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Vetting VIX Options

Buying VIX calls may prove prohibitively expensive. Selling VIX puts might be an interesting proposition.

Editor's Note: The following is an exclusive reprint of market commentary posted at SchaeffersResearch.com on Feb. 1.

Earlier this month, the Chicago Board Options Exchange (CBOE) said it would launch options on the CBOE S&P 500 Volatility Index (VIX) on Feb. 24. Here are some possible repercussions from the introduction of VIX options, from my vantage point.

It seems to me that the primary players in these VIX options under "normal circumstances" will be call buyers or put sellers. I'd define "normal circumstances" as a period during which the market has been range trading with a slight upside bias and the VIX has been range trading with a slight downside bias, (i.e., the environment of the past two years.)

VIX call buyers would be looking to profit from sharp and rapid declines in the market that produce even sharper rallies in the VIX. VIX put sellers would be betting that the VIX will not decline below a particular level -- I would imagine that put selling at the 10 strike would be a very popular endeavor.

Who would rationally want to sell calls on the VIX? Even if you're expecting the market to break out to the upside, it would appear to make little sense to be a VIX call seller for two reasons:

Risk: The convexity of VIX options in the event of a market plunge would far outstrip that of conventional index options. Not only could the absolute level of the VIX double or triple (or more), but the volatility of the VIX has reached levels well above 100 percent in such situations -- double its normal volatility of 60% to 70%.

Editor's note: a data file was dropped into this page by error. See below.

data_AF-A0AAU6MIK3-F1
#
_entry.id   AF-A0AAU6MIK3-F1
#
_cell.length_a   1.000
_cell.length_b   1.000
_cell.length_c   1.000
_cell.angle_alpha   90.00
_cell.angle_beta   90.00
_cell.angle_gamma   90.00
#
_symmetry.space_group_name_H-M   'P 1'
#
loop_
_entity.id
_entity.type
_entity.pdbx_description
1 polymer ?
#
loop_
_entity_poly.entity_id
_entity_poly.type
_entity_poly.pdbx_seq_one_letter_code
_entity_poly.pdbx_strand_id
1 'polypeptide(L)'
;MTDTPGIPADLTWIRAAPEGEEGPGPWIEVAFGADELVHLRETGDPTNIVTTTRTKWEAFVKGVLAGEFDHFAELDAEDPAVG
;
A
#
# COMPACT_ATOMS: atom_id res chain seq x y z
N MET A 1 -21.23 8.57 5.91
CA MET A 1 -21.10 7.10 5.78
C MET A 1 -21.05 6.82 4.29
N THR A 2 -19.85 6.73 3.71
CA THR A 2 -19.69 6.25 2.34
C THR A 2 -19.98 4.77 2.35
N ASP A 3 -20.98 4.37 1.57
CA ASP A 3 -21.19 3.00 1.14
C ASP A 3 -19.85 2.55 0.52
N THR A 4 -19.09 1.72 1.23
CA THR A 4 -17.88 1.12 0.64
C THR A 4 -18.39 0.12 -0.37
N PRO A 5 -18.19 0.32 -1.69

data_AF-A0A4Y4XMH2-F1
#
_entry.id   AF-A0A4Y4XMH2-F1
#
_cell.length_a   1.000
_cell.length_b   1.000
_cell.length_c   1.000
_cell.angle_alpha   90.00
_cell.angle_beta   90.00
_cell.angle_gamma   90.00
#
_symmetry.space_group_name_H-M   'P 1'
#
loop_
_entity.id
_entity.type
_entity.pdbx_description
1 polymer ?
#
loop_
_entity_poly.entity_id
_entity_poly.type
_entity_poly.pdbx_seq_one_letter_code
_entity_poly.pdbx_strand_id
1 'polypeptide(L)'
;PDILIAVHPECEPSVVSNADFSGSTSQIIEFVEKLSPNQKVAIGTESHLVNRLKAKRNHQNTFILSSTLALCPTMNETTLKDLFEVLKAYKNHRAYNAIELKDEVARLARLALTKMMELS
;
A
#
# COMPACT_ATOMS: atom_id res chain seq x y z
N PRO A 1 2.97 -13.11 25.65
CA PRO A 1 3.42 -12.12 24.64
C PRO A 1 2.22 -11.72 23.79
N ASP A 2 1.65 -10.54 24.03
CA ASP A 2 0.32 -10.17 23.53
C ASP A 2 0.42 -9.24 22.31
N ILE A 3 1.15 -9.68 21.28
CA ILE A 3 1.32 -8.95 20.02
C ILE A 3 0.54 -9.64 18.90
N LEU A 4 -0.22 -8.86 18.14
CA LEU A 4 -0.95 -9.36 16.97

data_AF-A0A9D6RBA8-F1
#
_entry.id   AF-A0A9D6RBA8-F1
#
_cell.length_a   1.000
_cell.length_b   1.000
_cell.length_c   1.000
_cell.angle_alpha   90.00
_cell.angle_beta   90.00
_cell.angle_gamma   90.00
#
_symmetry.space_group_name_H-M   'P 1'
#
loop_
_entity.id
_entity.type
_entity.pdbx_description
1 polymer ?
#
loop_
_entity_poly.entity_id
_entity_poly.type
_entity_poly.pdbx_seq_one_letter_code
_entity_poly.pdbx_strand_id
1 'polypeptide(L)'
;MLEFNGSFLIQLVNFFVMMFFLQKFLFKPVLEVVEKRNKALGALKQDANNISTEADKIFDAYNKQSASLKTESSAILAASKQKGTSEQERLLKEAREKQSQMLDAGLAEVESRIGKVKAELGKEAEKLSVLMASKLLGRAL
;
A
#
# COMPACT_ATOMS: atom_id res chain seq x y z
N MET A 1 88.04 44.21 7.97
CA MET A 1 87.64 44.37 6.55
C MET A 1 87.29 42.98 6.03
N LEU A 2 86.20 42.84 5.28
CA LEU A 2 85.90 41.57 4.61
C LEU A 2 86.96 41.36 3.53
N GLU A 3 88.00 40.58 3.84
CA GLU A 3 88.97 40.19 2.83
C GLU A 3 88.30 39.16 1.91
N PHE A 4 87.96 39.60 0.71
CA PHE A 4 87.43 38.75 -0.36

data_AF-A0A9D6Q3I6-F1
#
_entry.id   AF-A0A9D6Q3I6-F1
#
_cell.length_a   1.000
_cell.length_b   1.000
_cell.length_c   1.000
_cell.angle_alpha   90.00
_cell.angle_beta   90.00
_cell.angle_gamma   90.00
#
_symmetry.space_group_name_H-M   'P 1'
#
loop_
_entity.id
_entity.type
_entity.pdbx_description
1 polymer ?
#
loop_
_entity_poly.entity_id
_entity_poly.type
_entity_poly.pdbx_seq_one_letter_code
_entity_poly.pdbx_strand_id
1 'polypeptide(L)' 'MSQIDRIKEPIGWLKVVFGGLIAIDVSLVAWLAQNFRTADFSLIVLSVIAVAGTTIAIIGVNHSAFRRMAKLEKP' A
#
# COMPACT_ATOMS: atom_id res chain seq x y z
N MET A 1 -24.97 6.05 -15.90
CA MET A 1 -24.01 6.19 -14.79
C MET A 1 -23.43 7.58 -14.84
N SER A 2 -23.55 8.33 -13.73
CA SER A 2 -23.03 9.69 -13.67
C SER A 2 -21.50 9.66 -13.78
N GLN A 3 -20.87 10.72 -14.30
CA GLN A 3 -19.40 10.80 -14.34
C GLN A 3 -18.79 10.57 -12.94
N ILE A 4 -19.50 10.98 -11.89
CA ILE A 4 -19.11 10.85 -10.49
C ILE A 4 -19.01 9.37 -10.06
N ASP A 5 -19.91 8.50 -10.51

The mitigating factor here is the fact that the volatility of the VIX is high, which means that VIX option premiums should be rich. We may also see some significant skews whereby VIX calls are priced much more aggressively than VIX puts. This could entice covered-call sellers looking to generate income on large-cap portfolios. So in the end you could have a decent mix of VIX call sellers with call buyers, as potential sellers are attracted by the rich premiums and potential call buyers are repulsed by these premiums.

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Uncertainty of reward: It is not at all impossible for the VIX to actually rally on a major market breakout to the upside. This could be due to a number of factors, including a massive throwing in of the towel by call premium sellers who had become convinced that the market was going to range trade with a slight upside bias forever.

Who would rationally want to buy puts on the VIX? Can the VIX decline much below 10? Perhaps put premiums would become too low for buyers to resist as a result of all those who might be willing to be put sellers, but it's pretty hard to get excited about the profit potential of the long VIX put trade unless these premiums became truly minuscule.

Additionally, I suspect that the new VIX options might mitigate the large negative volatility skews we still have among out-of-the-money index options. I think these skews are due in part to the inability of market makers to adequately hedge the catastrophe risk of being short these index puts, and if they can buy VIX calls as a hedge, perhaps the cost of plain vanilla index puts comes down.

With the huge caveat that much will depend on the pricing of these new VIX options, I would (at least initially) advise against selling VIX calls or buying VIX puts. And buying VIX calls may prove to be prohibitively expensive. Selling VIX puts might prove to be an interesting proposition, as there is no explosive "event risk" that can blow up this trade and the case against a single-digit VIX is a strong one, regardless of future market direction.

Bernie Schaeffer is Chairman and CEO of Schaeffer's Investment Research, Inc. and author of The Option Advisor: Wealth-Building Techniques Using Equity and Index Options. Bernie has edited the Option Advisor newsletter since its inception in 1981.

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